Amazon bought a site called Goodreads earlier this year. It’s a social network thing for readers that supposedly has 20 million members. I’m not one of them, but I noticed today that they have a selection of quotes from famous authors. And since it’s the internet, they allow you to click a button and say you like a particular quote.
Goodreads features more than 200 quotes from Dorothy Parker, the extremely witty woman who said, among other things:
“If you want to know what God thinks of money, just look at the people he gave it to.”
“By the time you swear you’re his,
Shivering and sighing.
And he vows his passion is,
Lady make note of this —
One of you is lying.”
“If you wear a short enough skirt, the party will come to you.”
“Women and elephants never forget.”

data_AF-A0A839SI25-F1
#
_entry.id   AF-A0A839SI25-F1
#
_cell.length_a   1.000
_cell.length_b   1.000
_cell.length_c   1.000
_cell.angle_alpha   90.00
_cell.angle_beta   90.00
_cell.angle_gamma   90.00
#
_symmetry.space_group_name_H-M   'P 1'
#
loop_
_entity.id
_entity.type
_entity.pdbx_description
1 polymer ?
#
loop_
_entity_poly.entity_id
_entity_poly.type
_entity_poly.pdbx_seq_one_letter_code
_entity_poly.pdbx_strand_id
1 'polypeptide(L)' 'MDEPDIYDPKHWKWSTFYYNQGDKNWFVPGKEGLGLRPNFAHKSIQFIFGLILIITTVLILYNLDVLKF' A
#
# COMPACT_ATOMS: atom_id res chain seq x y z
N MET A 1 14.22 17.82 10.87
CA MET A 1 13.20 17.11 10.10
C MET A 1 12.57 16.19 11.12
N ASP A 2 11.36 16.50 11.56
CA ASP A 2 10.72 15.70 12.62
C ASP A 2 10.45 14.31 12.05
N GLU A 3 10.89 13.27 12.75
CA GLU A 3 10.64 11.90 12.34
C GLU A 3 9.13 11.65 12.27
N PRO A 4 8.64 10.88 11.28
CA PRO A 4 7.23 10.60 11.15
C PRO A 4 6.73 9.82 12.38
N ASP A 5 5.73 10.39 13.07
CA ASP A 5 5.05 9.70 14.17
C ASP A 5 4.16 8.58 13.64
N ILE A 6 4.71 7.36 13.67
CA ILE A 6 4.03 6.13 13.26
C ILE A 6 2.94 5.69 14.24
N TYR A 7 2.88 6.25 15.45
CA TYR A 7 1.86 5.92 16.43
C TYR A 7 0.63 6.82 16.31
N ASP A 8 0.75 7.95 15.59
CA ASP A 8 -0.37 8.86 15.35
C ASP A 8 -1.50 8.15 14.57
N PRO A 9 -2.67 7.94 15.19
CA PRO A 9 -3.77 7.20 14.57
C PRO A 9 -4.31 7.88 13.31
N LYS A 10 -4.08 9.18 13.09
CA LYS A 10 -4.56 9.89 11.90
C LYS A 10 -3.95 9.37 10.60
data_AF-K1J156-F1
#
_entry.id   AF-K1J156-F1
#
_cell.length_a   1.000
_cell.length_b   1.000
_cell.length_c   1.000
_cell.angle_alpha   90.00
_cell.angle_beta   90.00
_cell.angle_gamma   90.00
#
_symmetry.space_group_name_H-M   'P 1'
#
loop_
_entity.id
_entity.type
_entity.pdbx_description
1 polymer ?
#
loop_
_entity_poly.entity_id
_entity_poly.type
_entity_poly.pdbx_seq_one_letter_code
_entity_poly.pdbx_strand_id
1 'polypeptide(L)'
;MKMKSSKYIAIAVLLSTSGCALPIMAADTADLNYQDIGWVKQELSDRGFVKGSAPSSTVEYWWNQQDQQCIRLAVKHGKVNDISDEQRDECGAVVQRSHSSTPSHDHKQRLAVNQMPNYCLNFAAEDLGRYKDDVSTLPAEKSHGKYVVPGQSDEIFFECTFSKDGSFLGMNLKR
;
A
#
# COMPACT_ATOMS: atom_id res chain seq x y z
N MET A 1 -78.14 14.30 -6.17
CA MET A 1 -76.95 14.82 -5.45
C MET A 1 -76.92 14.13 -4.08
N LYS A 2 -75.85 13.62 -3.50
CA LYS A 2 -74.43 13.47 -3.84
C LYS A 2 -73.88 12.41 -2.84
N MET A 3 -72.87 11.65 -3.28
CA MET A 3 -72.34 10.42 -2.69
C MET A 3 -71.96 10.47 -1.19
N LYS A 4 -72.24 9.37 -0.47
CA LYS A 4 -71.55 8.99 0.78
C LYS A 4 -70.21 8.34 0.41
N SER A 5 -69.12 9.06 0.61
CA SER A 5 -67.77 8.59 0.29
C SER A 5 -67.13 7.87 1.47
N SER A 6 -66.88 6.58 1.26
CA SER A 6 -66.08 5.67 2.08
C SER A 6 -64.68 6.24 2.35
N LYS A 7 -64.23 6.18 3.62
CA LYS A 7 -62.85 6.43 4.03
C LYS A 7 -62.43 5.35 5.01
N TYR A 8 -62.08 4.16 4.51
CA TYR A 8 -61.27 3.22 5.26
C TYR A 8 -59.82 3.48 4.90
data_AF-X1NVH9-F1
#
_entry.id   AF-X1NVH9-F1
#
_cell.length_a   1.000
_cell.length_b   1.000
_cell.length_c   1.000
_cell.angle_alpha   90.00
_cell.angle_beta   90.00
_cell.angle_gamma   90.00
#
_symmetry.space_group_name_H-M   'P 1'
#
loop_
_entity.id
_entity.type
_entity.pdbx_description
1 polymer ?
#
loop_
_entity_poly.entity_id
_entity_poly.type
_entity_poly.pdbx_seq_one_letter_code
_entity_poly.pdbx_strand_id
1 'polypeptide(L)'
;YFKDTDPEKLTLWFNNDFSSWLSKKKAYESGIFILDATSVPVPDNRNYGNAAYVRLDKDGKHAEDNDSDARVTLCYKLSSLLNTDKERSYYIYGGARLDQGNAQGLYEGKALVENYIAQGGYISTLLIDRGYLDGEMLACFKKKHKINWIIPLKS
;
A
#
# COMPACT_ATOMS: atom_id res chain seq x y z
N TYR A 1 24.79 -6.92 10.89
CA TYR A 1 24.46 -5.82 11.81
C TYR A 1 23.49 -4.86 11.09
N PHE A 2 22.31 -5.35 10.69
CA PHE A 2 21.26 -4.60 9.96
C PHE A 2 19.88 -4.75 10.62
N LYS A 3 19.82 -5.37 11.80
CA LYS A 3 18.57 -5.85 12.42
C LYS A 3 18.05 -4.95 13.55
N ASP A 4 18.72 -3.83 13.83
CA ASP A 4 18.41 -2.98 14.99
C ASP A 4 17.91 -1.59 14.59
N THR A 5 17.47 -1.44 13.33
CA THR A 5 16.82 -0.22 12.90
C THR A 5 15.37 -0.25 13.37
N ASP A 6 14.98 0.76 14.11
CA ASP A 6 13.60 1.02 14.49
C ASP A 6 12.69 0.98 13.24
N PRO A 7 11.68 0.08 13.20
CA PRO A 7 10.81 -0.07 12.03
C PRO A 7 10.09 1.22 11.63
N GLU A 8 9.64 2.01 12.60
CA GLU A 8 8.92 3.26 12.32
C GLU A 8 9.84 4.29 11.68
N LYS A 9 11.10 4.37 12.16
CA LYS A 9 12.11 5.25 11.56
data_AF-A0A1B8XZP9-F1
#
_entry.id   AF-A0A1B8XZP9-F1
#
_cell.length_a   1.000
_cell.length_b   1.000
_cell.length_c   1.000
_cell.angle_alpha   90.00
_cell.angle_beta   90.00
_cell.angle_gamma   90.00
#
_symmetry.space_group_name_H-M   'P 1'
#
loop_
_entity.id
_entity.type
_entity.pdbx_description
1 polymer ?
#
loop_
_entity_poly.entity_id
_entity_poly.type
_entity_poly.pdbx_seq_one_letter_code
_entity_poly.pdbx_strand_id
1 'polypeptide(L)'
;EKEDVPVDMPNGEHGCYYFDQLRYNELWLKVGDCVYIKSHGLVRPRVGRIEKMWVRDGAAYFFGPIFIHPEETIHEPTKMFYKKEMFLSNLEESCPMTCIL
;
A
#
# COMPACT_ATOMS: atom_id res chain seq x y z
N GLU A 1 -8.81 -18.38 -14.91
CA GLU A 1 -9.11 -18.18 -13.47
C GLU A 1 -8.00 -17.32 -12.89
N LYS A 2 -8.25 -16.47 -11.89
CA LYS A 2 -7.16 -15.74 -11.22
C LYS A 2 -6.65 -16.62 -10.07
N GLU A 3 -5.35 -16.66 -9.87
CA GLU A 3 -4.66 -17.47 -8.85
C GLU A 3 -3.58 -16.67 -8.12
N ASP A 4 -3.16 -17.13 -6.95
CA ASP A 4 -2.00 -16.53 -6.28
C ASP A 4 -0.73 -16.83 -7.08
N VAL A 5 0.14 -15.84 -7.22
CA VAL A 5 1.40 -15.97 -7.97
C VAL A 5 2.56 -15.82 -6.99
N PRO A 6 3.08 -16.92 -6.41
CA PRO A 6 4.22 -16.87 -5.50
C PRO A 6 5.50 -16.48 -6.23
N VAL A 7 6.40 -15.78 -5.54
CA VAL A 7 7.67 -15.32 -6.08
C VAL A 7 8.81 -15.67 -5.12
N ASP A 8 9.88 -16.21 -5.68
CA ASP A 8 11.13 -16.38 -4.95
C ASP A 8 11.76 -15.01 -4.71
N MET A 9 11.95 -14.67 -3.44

“I like to have a martini,
Two at the very most.
After three I’m under the table,
after four I’m under my host.”
“I hate writing, I love having written.”
“You can lead a horticulture, but you can’t make her think.”
“Oh, life is a glorious cycle of song,
a medley of extemporanea,
And love is a thing that can never go wrong,
and I am Marie of Romania.”
Yet the most popular Dorothy Parker quote on Goodreads, by a very, very large margin, is this lame observation:
“The cure for boredom is curiosity.
There is no cure for curiosity.”
Which isn’t even true:
Postscript: According to a comment from Mr. T. Pedersen, the most-liked quote isn’t something Dorothy Parker actually wrote. Which, assuming he’s right, is to her credit.